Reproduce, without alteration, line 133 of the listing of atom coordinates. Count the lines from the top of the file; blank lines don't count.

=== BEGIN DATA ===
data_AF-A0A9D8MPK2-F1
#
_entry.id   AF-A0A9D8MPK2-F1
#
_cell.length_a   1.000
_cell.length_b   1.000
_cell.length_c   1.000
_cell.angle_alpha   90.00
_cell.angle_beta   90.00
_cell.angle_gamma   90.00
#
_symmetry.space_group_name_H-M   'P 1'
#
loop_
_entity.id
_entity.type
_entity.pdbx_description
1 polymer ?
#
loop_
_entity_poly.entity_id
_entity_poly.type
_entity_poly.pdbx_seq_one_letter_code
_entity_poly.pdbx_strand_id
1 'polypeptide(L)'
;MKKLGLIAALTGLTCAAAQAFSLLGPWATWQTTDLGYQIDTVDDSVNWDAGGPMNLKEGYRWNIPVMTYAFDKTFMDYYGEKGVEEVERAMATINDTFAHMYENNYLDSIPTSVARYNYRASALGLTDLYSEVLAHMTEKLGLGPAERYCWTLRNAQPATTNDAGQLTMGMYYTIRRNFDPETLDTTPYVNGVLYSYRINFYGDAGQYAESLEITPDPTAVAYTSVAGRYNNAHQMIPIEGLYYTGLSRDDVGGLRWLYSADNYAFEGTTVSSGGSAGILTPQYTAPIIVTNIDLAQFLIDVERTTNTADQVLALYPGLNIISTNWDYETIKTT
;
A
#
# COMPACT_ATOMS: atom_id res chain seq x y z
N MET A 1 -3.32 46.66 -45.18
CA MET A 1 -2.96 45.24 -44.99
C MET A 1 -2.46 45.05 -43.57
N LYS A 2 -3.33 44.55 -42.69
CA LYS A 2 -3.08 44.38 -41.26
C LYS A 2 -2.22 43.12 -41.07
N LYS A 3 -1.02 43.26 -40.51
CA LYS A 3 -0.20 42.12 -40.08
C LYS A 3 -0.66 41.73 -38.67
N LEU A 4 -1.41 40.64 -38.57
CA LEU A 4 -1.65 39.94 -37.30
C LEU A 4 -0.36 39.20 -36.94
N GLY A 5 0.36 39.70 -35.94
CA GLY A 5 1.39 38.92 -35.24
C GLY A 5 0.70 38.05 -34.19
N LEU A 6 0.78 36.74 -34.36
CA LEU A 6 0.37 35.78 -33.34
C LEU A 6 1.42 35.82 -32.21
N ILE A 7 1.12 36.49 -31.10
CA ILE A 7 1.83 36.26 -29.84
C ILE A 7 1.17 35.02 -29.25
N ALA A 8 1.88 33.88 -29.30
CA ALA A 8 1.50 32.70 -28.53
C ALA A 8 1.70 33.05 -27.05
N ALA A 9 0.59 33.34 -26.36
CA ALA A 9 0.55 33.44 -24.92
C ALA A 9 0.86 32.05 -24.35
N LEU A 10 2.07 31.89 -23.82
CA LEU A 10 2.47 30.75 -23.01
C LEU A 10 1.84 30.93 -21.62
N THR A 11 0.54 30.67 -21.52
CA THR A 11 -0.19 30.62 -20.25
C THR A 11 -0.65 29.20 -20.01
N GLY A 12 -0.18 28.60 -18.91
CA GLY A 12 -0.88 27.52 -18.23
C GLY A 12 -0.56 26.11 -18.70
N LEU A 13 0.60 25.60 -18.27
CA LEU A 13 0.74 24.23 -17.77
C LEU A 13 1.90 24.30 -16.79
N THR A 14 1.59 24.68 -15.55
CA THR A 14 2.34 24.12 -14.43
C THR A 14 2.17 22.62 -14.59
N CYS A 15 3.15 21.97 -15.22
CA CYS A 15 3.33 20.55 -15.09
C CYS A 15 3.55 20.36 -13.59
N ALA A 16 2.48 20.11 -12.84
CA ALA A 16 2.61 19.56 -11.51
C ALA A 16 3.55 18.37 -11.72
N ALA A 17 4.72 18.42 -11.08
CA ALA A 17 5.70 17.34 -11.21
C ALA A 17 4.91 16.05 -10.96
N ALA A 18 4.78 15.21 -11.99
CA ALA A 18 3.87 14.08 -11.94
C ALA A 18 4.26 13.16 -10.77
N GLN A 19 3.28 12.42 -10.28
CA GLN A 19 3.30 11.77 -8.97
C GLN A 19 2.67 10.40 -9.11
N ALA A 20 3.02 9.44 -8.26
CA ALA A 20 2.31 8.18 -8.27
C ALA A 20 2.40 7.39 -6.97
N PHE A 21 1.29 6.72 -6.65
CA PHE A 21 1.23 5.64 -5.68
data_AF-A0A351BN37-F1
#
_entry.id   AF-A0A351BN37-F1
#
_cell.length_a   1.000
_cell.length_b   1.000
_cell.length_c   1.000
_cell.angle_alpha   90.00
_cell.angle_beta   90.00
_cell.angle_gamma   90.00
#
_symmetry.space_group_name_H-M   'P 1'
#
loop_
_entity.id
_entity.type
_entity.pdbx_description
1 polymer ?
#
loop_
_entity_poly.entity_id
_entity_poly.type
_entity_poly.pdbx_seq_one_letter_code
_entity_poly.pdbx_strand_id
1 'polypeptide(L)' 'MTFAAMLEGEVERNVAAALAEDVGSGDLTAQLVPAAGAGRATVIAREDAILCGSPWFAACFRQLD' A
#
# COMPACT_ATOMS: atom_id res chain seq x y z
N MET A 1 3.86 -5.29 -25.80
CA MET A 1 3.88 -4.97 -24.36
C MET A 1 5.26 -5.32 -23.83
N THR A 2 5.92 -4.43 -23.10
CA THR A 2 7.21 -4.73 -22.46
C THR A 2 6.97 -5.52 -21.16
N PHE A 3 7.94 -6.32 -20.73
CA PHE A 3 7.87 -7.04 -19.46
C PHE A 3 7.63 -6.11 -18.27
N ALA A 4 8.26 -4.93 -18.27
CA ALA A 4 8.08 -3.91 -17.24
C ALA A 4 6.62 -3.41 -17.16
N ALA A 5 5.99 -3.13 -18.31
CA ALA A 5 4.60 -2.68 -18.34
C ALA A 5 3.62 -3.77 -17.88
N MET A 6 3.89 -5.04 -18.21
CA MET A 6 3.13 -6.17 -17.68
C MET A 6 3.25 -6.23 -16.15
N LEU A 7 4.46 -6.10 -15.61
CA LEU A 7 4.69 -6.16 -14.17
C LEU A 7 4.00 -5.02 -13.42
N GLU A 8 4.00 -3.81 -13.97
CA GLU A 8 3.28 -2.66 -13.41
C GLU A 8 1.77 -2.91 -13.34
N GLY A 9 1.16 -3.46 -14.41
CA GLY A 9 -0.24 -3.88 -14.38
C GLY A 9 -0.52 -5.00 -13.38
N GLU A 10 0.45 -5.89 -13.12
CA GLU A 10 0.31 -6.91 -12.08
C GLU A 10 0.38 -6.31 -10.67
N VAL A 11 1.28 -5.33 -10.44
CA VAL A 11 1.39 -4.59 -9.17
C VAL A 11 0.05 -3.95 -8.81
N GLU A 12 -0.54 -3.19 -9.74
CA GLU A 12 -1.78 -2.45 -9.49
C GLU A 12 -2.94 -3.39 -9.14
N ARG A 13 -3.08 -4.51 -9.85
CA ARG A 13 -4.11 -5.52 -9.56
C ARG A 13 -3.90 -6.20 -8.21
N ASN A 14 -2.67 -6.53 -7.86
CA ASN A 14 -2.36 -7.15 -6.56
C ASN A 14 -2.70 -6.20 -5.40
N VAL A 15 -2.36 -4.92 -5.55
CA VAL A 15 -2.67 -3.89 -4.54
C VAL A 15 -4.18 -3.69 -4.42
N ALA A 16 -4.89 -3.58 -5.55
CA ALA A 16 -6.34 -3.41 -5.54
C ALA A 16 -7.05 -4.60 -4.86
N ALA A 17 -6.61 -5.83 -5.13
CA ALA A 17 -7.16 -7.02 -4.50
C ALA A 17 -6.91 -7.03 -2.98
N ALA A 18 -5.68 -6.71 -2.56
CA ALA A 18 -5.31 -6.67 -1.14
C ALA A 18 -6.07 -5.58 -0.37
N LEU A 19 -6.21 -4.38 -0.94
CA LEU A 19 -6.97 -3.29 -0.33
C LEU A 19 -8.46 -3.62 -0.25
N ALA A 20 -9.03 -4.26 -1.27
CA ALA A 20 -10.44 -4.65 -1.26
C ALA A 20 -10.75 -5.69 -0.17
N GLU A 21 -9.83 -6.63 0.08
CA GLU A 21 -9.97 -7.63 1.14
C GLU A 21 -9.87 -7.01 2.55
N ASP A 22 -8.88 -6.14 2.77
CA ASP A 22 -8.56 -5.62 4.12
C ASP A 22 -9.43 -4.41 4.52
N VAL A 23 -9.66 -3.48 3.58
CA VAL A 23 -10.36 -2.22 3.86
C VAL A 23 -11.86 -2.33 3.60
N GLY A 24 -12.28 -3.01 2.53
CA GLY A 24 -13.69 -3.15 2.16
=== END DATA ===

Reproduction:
CA ALA A 5 4.60 -2.68 -18.34